At first it seems that these authentic images of the East will be conjured away with the reductive Western interpretation of the story as "a bit melodramatic." However, Weir's solution is even more disturbing. He constantly confronts us with Billy's photographs of the Indonesian poor in cuts which always emphasize the eyes and often move in to a close up of the eyes alone. The Indonesians gaze upon us with a look that is indeed "hollow," a stare which remains resolutely closed to our penetration, which looks neither inward nor outward but which functions as an absolute barrier as impenetrable as the bandage which swathes Guy's eyes or the blank screen which serves as our own blindfold at the end of the film.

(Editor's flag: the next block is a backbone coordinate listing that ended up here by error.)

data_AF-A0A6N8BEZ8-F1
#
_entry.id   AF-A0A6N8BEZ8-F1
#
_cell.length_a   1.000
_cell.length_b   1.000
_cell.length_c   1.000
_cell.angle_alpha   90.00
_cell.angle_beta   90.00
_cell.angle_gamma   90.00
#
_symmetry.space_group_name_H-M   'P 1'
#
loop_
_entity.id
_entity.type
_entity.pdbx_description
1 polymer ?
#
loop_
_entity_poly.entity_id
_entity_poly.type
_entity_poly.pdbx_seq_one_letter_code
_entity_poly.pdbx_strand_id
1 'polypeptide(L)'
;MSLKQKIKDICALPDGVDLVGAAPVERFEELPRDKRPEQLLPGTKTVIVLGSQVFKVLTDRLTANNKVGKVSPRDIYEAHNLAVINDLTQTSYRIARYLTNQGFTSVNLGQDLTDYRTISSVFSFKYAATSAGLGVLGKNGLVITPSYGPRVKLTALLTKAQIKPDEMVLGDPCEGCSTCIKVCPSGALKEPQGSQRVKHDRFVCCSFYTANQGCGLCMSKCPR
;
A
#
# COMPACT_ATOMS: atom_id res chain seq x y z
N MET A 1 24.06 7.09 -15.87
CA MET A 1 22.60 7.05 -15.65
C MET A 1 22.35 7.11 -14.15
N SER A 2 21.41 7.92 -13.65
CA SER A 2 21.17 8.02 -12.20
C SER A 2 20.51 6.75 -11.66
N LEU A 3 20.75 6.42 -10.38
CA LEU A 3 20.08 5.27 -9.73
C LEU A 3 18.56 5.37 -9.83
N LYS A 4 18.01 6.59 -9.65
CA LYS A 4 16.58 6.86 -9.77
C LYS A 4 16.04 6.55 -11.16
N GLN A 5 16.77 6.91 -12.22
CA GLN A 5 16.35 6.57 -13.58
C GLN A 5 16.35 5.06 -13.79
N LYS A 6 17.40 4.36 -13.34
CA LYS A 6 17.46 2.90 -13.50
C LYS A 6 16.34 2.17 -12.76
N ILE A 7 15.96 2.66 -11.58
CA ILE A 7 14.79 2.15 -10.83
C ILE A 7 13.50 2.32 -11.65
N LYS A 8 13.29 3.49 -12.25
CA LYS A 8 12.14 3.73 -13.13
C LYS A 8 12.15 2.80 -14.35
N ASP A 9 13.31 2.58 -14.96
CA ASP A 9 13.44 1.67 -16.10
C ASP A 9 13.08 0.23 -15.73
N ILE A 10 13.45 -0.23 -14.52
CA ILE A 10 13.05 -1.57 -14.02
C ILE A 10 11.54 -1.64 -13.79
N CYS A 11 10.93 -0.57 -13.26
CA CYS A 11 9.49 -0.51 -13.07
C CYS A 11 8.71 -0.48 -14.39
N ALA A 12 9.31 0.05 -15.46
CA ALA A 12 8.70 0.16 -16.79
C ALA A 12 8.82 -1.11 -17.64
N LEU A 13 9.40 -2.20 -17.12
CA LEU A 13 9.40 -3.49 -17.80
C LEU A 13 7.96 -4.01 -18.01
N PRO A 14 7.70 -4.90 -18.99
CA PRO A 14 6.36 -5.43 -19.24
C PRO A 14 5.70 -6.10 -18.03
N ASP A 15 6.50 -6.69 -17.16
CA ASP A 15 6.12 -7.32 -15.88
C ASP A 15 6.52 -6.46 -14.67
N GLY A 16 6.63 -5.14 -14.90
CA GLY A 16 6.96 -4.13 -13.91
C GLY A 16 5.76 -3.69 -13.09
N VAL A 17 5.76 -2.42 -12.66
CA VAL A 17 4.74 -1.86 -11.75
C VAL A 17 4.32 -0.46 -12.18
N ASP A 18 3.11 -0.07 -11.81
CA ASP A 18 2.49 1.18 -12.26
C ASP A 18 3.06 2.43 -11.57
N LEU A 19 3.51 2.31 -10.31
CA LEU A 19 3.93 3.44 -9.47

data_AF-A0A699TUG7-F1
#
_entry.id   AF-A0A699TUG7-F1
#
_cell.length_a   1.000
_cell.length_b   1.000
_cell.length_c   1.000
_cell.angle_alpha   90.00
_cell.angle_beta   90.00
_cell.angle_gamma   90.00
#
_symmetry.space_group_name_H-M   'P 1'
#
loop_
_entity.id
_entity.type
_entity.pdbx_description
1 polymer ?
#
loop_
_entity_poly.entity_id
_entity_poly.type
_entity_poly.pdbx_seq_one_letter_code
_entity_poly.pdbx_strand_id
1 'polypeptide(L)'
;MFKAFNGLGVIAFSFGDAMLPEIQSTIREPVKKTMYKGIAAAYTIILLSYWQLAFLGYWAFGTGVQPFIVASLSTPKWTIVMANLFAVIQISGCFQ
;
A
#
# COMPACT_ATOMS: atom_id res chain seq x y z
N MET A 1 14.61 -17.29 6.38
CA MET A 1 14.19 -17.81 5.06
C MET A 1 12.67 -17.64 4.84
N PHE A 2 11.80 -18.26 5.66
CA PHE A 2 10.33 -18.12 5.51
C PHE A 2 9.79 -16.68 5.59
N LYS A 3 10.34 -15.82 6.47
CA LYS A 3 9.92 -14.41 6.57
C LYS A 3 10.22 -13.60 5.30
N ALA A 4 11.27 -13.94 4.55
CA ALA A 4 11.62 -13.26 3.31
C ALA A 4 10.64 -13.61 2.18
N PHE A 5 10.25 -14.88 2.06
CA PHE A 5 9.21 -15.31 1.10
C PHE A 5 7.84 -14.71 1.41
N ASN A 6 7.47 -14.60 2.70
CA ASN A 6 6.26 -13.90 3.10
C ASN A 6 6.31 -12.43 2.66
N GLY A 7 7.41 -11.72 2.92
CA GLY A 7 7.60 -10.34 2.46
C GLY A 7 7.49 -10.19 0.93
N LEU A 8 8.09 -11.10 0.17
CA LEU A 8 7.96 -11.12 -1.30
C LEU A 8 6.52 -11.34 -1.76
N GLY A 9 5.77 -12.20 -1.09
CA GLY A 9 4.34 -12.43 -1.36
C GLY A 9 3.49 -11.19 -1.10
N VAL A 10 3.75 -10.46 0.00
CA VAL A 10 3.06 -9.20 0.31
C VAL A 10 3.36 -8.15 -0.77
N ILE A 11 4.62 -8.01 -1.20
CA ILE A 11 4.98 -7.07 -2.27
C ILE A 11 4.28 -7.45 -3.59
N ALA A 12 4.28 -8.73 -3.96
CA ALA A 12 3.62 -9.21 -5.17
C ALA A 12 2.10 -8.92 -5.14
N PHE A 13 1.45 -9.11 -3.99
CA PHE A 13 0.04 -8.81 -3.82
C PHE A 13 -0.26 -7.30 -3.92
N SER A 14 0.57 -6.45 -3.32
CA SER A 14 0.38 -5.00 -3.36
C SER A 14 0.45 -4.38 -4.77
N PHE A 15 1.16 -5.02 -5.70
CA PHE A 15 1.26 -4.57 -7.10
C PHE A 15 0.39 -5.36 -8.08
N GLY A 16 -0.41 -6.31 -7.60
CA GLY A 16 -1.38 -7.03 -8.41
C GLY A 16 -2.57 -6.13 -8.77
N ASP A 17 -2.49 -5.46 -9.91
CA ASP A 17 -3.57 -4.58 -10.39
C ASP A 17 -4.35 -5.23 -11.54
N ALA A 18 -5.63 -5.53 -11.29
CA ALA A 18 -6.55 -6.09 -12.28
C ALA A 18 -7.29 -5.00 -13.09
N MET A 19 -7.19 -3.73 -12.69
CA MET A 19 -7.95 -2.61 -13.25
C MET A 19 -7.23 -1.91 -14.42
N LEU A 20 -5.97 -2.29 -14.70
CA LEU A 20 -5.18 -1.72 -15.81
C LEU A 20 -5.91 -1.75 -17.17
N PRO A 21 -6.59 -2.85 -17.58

Vision also suggests the power of the imagination, and a literal reading of Billy's assertion to Guy — "I made you see things" — focuses on his role as creator, as conjuror. Billy's subversion of the traditional Christian message he preaches is clear from the beginning of the film. Billy, who photographs himself dressed as Sukarno, "a god to his people," wishes to be God, not to worship Him. In Weir's rigorously self-referential film, God equals the artist. And Billy, who is "master on the blank page and in the darkroom," represents in particular the documentary filmmaker or the television journalist who controls both the script and the image. In part because he is a journalist, Billy's association of creativity with possession and control has important implications for our understanding of Western ideology. Billy uses the photograph and the written narrative, the raw materials of journalistic reportage, to fix reality, to reduce living human beings to static and non-temporal objects. The film consistently cuts from the shot of a character to Billy's photographic reproduction or typed portrait that allows him to assert, "I shuffle people like cards."